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WVU Extension Service welcomes Megan Midcap as Lewis County Extension agent

Photo of Megan Midcap

MORGANTOWN, W.Va. – West Virginia University Extension Service has appointed Megan Midcap as the newest Extension agent for 4-H Youth Development in Lewis County

A role she is well-equipped for, given that Midcap has remained connected to WVU Extension Service programming since she was enrolled in 4-H at age 10.

Previously, she served as a curriculum and outreach coordinator for Extension’s 4-H Youth Development program unit in Preston County, where she worked directly with the 4-H Living Interactive Family Education program in the Hazelton Federal Correctional Institution – a partnership with WVU Extension and the National 4-H Council.

Midcap, native to Hancock County, received both her bachelor’s degree in political science and master’s degree in public administration from West Virginia University. While working on her degrees, she served as an Extension camping instructor across the state and was highly involved in WVU’s Collegiate 4-H Club.

“Much like myself, Megan grew up in West Virginia 4-H, and her passion for the program led her to this position,” said Brent Clark , program director of WVU Extension Service 4-H Youth Development. “I’m confident that she will be an advocate for Lewis County youths and WVU Extension programming across the state.”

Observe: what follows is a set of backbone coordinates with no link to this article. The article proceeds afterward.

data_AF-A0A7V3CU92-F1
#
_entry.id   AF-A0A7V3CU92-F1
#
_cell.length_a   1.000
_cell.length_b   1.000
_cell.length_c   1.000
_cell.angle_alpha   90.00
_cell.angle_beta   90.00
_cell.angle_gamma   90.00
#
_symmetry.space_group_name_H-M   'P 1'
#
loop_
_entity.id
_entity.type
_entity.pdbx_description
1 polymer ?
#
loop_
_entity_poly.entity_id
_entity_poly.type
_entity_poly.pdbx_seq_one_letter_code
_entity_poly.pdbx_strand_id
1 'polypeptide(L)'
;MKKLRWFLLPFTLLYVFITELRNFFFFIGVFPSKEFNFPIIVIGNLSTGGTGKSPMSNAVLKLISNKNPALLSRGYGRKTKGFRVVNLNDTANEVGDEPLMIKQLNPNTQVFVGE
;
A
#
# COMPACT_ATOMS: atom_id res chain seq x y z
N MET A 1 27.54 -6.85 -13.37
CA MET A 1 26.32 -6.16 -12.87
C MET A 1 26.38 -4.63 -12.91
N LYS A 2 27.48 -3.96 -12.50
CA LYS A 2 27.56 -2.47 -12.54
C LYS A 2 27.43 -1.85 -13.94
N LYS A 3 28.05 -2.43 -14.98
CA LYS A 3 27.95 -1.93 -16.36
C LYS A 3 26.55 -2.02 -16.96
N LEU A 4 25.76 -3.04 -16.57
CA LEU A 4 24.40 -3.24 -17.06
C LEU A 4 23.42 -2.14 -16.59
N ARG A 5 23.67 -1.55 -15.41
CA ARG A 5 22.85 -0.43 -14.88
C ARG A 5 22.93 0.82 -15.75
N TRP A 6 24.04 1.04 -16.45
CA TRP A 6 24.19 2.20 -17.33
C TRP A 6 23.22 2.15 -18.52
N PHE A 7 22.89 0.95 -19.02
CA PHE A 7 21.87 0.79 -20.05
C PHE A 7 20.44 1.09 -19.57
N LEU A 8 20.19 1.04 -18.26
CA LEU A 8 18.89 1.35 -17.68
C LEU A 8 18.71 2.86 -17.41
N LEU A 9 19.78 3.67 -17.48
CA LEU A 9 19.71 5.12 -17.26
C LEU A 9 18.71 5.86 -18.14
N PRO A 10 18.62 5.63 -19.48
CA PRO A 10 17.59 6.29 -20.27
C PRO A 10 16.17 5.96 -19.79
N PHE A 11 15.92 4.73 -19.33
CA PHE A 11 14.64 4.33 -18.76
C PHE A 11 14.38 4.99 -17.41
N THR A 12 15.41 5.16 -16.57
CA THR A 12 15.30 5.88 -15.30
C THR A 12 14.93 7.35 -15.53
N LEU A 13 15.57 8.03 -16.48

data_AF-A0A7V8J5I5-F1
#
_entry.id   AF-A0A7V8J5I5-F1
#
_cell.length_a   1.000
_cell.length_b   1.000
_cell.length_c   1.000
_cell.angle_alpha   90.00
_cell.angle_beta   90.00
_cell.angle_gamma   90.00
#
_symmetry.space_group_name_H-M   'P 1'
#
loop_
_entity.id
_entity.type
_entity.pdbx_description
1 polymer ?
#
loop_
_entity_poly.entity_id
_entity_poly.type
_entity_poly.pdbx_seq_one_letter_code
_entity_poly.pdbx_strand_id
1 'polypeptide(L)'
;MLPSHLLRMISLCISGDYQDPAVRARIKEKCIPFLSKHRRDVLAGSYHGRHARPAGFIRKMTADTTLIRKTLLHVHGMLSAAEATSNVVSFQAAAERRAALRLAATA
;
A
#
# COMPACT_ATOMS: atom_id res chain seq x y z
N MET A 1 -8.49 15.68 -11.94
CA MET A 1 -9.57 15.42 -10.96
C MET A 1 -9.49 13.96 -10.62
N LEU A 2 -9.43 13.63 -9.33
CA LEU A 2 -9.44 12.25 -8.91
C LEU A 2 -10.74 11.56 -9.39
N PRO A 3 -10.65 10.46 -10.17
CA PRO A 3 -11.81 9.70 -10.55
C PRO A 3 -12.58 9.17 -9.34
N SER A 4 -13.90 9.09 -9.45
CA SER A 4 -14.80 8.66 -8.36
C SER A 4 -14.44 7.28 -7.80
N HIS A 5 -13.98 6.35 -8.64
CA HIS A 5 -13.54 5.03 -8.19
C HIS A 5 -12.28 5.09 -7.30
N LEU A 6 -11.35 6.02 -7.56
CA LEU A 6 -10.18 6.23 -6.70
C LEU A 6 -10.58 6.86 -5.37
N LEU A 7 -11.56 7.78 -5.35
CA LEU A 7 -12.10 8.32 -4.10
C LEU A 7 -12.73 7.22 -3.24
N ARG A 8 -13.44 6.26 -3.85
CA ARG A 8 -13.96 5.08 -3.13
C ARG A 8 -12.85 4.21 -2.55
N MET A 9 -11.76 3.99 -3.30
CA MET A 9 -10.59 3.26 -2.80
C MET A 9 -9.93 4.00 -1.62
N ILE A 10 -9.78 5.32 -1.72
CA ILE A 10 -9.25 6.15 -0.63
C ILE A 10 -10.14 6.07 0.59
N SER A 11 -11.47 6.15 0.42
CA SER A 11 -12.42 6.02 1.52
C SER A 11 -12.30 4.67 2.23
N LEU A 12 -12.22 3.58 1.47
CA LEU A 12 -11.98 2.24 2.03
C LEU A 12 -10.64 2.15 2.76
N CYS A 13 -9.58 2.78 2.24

Midcap believes WVU Extension Service has the perfect opportunity to provide support, mentoring and life skills to tomorrow’s leaders through youth development programs. In her role, she will oversee those programs in Lewis County. She plans to focus on creating new opportunities, while expanding existing programming and maintaining the traditions of WVU Extension Service and 4-H.

“Through our programs, we can help youths set and achieve goals, provide learning opportunities and create an environment where they can be their true self,” said Midcap. “I feel this position allows me to do the most good for Lewis County and give back to the program that shaped me into the person I am today.”

For more than a century, 4-H has focused on agricultural science, electricity, mechanics, entrepreneurship and natural sciences. Today, 4-H out-of-school opportunities also exist in subjects like rocketry, robotics, biofuels, renewable energy and computer science.

To learn more about new opportunities in the 4-H program, visit extension.wvu.edu, or contact your local office of the WVU Extension Service.

-WVU-

hb/7/13/18